The Good Boss

Insights for a healthy and productive workplace in challenging economic times.

4. The Cool Dude (or Dudette) — a boss that has fun and lets their employees have fun. This boss maintains a certain aura of authority while creating a likable and lively atmosphere. They let their employees enjoy their time at work and find time for small diversions, within the confines that the job still gets done … and done well. At those instances, this boss rewards their employees with time off or special workplace events within the realm of a respectable workplace culture. The Cool Dude or Dudette is a good boss because they understand that all employees are people, that all people need some kind of fun, and that happy employees are healthy, productive, and engaged.

5. The Creator — a boss who inspires invention and creativity. This boss pushes the limits of their employees to ignite innovation. They challenge intellect and question the status quo, so that new products and ideas are developed from within. The Creator embodies the spirit of imagination and is never overly demanding. Creativity and invention come from a unique mindset, so this boss correctly identifies those in their team that are keen to this way of thinking. As such, the Creator is a good boss because they are motivational and collaborative.

These five bosses, or rather their respective characteristics, exemplify what makes for healthy leadership within organizations. Many bosses may embody many or all of these characteristics. The best bosses are able to reflect upon their own natural inclinations and experiences, leveraging their assets, and developing areas of weakness. Common trends amongst these five good bosses make for a great boss as well — collaborative, communicative, engaging, and inspirational.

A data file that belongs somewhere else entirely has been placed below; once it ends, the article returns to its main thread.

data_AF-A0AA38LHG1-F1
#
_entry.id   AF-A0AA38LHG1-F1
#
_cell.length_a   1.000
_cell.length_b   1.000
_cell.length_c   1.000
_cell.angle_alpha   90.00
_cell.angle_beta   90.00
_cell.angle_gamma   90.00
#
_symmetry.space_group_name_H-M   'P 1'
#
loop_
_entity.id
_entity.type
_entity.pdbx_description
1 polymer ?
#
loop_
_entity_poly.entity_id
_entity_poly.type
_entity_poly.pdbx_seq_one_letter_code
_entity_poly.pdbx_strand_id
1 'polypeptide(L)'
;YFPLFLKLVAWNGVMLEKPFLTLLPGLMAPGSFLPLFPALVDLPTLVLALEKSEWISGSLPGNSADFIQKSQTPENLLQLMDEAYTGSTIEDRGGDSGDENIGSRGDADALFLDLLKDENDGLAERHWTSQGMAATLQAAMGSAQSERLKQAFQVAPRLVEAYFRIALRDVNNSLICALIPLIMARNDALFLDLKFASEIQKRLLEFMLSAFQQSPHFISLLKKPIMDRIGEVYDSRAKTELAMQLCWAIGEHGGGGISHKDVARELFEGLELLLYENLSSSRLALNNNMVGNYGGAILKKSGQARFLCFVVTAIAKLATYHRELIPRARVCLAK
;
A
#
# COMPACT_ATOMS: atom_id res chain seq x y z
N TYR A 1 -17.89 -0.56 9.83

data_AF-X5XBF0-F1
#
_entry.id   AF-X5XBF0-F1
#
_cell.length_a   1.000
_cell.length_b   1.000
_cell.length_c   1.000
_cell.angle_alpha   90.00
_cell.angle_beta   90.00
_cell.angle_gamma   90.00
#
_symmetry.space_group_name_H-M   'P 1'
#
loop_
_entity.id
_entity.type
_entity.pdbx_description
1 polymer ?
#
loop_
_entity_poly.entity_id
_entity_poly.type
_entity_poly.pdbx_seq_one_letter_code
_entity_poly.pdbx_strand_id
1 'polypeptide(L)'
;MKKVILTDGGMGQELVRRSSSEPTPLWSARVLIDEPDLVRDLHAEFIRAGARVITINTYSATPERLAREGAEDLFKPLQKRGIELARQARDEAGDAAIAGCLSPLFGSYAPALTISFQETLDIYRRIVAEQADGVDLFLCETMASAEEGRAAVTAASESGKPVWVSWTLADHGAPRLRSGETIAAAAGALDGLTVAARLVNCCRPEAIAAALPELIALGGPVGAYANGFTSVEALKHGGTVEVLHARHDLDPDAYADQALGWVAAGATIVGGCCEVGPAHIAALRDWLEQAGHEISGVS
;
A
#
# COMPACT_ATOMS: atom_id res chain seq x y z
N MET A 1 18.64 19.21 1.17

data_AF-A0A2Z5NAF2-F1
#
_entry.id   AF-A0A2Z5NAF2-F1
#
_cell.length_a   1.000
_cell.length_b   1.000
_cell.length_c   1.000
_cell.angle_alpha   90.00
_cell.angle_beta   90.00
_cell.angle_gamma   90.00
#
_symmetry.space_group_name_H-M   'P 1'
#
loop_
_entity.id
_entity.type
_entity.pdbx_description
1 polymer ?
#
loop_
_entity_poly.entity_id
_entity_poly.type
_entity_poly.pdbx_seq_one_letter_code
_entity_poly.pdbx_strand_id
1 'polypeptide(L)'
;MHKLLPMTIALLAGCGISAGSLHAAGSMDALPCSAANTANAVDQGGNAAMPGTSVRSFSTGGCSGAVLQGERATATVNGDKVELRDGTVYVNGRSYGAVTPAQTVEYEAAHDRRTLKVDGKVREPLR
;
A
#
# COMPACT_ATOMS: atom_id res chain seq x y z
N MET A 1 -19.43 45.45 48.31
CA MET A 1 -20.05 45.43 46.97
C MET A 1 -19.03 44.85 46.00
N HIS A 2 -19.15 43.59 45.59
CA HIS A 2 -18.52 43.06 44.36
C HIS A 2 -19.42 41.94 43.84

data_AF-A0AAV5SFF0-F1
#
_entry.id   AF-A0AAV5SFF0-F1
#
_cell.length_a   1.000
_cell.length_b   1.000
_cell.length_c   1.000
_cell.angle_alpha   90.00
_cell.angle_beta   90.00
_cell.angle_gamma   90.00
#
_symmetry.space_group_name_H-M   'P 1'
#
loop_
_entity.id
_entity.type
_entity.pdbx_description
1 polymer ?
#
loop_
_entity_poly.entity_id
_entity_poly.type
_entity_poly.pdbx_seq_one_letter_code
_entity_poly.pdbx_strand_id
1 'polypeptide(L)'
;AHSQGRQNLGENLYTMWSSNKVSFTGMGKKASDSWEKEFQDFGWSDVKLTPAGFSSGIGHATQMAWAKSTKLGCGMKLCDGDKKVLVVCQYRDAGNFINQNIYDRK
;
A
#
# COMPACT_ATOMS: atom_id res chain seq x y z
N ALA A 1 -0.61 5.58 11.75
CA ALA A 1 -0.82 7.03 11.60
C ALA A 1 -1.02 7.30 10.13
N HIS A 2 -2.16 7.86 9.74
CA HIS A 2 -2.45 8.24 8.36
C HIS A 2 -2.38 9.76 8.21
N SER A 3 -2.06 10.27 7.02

Our new cogenerational world is crying out for leaders — of all ages and generations — and hopefully many of us will realize that great leaders can exist in the smallest, biggest, nearest, and furthest of places. AMT

Jim Finkelstein, with 34+ years of consulting and corporate experience, has specialized in business and people strategy, motivation and reward, and organizational assessment, development, communications and transformation. He has worked for diverse industries, from health care to high tech. He received his MBA from the Wharton School of the University of Pennsylvania (1976) and a BA in psychology and economics from Trinity College in Hartford, CT (1974). His experience includes being a partner in a Big Five firm, a CEO of a professional services firm, a corporate executive for Fortune 500 companies, and an entrepreneur with his current company, FutureSense®, Inc. He has experienced business from every possible angle and through every possible change. For more information:,

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